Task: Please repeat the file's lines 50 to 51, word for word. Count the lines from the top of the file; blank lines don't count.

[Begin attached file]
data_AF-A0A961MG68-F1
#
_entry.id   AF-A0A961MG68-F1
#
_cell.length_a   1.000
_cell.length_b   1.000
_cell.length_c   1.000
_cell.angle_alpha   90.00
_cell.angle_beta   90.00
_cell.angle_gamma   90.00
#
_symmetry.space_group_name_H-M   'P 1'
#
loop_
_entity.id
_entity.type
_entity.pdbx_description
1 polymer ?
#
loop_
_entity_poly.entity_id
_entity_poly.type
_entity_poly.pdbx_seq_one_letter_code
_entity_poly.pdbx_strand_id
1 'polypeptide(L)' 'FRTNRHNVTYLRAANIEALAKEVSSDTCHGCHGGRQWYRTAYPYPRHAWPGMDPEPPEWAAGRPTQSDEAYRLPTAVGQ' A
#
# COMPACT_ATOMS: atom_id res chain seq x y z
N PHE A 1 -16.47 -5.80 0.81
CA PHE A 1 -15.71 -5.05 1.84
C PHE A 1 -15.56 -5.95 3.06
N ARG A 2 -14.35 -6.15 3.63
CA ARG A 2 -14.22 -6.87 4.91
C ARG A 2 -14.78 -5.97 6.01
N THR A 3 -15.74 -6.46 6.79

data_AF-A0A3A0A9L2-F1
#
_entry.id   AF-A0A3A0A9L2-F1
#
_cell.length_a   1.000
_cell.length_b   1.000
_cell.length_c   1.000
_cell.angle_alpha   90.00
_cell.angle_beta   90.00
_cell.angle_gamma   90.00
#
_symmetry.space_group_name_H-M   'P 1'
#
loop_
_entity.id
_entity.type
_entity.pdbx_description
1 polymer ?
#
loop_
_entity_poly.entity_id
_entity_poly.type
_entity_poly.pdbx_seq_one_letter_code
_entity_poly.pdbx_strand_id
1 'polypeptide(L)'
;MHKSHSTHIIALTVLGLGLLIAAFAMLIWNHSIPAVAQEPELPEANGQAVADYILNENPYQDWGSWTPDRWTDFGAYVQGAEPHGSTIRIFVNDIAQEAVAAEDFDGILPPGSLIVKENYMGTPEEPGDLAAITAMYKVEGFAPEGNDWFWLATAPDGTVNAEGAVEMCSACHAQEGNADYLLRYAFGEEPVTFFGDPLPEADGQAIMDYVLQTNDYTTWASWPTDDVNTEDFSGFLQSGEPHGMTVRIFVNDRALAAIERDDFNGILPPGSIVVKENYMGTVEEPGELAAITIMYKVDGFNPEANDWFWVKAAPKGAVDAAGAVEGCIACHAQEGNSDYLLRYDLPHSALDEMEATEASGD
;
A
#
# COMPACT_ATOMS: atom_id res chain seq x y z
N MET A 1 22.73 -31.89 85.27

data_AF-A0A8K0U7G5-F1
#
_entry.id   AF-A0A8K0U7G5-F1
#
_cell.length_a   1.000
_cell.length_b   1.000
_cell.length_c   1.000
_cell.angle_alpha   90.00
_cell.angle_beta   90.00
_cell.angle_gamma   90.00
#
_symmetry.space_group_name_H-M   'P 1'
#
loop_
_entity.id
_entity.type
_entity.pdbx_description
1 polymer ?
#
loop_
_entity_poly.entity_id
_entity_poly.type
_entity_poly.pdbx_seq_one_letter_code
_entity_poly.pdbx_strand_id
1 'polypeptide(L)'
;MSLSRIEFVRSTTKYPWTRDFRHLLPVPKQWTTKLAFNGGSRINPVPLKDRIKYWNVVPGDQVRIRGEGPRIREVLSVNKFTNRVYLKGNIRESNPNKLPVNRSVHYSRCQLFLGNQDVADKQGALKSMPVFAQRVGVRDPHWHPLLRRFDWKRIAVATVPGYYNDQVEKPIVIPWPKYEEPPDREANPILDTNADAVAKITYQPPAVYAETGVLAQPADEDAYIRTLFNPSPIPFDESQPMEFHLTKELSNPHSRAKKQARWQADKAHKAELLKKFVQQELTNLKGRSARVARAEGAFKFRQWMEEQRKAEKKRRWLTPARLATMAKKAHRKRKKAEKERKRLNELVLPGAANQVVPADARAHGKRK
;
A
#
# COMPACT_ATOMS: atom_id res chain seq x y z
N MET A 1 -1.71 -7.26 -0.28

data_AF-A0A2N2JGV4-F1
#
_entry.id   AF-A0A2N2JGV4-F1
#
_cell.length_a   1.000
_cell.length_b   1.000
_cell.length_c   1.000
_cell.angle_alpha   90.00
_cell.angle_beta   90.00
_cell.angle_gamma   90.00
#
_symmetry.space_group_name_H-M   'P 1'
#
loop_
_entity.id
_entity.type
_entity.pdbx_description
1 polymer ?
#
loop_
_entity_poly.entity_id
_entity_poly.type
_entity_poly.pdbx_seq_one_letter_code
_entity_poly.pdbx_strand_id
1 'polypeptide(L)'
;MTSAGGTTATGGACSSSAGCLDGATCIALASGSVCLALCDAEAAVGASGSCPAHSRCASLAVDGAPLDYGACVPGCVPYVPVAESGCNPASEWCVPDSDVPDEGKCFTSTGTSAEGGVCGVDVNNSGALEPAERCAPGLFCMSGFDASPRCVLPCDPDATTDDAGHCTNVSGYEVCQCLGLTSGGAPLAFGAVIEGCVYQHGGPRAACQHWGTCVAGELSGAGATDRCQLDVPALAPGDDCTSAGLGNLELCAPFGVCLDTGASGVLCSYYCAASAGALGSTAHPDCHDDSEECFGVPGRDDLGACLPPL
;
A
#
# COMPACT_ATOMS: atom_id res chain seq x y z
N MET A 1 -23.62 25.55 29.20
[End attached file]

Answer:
_entity.type
_entity.pdbx_description